Wild, windy and at times desolate, the Costa da Morte, west of A Coruña, is often passed over by tourists heading south to the beaches of the Rías Baixas. But while the Costa da Morte lacks both the climate and the infrastructure for large-scale tourism, it’s not nearly as overdeveloped as the regions to the south, while boasting similarly beautiful coves, tiny fishing villages huddled against the headlands, and forested mountain slopes aplenty.
Its fearsome name, which means Coast of Death, stems from the constant buffeting the shoreline receives from the Atlantic waves. The most notorious of the countless shipwrecks that litter the sea bed is the oil tanker Prestige, which snapped in two following a ferocious storm in 2002. Although 77,000 tonnes of crude oil were released into the ocean, barely a trace of oil remained just twelve months later.
The coast from Camariñas to Fisterra is the most exposed and westerly stretch of all. Ever since a Roman expedition under Lucius Florus Brutus was brought up short by what seemed to be an endless sea, it has been known as finis terrae (the end of the world), and it is not hard to see why. This is prime territory, however, for hunting percebes (barnacles), one of Galicia’s most popular and expensive seafood delicacies, which have to be scooped up from the very waterline. Collectors are commonly swept away by the dreaded “seventh wave”, which can appear out of nowhere from a calm sea.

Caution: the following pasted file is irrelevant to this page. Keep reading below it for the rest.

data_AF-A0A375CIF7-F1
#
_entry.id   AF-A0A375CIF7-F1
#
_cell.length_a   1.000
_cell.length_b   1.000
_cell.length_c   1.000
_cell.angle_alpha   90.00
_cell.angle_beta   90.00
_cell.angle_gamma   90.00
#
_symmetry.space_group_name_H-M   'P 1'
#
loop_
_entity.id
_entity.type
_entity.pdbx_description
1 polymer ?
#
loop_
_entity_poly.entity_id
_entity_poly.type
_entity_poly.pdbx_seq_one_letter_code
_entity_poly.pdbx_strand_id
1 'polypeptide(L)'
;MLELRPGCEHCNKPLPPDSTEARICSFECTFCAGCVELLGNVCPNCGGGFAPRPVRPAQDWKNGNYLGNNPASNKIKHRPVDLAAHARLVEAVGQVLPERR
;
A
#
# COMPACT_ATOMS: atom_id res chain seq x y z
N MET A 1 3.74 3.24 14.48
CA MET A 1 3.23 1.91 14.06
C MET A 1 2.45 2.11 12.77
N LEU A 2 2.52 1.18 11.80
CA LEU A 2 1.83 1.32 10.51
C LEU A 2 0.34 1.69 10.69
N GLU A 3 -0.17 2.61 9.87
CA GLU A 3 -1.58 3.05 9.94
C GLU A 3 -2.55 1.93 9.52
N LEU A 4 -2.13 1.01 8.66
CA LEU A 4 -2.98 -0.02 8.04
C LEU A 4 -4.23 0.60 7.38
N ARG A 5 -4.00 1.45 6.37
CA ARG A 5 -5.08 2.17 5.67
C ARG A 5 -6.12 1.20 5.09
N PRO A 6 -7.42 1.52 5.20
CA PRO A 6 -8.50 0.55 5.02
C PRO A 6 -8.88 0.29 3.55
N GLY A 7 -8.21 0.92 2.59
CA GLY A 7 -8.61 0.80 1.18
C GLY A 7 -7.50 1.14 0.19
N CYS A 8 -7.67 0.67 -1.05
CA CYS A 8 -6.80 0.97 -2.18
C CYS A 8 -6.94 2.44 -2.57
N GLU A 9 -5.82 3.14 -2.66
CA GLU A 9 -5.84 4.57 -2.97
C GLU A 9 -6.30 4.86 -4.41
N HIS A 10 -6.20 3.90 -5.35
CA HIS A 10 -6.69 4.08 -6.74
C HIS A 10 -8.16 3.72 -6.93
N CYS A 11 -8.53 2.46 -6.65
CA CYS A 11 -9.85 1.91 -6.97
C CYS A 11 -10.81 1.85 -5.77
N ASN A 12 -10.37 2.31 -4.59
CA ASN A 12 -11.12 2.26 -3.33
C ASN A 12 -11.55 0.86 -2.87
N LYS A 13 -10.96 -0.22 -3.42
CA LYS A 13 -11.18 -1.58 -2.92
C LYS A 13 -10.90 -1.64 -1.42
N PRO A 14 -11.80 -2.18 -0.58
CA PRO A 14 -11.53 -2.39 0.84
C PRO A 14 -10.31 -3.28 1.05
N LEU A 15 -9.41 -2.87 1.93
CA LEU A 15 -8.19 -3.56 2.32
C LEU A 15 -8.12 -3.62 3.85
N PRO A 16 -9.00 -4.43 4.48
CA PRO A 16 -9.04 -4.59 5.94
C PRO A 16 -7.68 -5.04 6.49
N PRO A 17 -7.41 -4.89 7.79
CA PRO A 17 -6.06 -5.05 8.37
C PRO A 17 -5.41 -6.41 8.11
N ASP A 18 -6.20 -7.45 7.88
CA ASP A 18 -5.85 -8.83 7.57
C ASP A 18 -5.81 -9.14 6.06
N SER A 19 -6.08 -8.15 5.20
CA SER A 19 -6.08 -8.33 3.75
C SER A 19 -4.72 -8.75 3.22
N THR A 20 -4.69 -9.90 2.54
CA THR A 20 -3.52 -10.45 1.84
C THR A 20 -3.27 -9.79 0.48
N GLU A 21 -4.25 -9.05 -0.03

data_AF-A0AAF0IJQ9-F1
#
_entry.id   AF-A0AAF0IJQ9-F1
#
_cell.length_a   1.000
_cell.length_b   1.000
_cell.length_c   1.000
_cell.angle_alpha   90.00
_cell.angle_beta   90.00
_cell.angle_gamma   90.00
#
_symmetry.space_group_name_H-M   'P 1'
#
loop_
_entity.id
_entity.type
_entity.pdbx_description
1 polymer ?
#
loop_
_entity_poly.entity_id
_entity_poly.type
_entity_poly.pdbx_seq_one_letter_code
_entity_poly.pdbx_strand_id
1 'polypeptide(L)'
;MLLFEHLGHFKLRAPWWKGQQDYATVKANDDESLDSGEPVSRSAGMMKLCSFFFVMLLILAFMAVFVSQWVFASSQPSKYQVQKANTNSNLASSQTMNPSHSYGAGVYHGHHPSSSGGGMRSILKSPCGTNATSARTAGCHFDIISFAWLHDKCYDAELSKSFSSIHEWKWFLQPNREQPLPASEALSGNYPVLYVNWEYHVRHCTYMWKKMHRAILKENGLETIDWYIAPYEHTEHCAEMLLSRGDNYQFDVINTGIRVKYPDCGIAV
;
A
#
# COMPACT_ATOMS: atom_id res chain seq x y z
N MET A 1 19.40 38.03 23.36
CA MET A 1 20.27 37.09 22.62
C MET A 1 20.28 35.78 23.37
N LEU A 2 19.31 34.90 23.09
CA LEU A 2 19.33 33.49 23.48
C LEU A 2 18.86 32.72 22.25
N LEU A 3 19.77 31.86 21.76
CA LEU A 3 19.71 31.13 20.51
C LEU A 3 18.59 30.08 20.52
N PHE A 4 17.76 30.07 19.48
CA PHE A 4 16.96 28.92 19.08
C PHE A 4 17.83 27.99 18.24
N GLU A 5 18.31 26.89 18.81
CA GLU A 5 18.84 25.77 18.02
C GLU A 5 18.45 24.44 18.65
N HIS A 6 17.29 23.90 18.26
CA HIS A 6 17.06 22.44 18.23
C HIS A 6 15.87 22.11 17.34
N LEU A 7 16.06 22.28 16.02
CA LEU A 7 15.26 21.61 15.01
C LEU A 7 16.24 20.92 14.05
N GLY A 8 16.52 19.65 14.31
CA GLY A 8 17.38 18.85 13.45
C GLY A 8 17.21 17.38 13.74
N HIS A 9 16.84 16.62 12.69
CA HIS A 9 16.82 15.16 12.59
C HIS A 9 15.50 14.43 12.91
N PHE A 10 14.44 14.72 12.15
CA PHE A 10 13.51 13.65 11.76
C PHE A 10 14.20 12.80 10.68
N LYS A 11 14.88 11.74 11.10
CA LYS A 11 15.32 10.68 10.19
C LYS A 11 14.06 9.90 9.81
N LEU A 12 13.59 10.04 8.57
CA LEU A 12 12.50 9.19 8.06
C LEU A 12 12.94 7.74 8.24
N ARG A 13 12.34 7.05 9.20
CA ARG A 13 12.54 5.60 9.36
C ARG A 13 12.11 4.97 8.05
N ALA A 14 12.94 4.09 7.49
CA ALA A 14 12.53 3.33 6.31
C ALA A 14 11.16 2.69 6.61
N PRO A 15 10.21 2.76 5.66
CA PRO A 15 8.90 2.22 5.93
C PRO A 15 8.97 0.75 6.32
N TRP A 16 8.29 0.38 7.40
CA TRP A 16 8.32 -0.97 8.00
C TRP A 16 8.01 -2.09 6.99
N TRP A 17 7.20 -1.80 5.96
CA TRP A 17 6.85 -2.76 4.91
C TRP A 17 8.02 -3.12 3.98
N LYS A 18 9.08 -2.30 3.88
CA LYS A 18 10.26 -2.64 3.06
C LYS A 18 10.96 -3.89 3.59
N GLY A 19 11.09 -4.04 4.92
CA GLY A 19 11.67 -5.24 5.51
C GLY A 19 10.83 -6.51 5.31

Even where the isolated coves do shelter fine beaches, you will rarely find resort facilities. While the beaches may look splendid, braving the water is recommended for only the strongest of swimmers, and the climate is significantly wetter and windier here than it is a mere 100km or so further south.Read More
Famed until the time of Columbus as the western limit of the world, the town of FISTERRA (Finisterre) still looks like it’s about to drop off the end of the earth. On a misty, out-of-season day, it can feel no more than a grey clump of houses wedged into the rocks, but it puts on a cheerier face in the summer sunshine.
Just beyond the southern end of Fisterra’s long harbour wall, a tiny bay cradles an appealing beach, overlooked by the pretty little eighteenth-century Castelo de San Carlos. Originally an artillery post, this now holds a museum of fishing (May–Aug daily 11am–2.30pm & 4–8pm; Sept–April Tues–Sat 10.30am–1.30pm & 3.30–6.30pm, Sun 10.30am–1.30pm; €2). Beside the road south out of town, Santa María das Areas is a small but atmospheric church. Its beautiful carved altar, like the strange weathered tombs left of the main door, is considerably older than the rest of the building.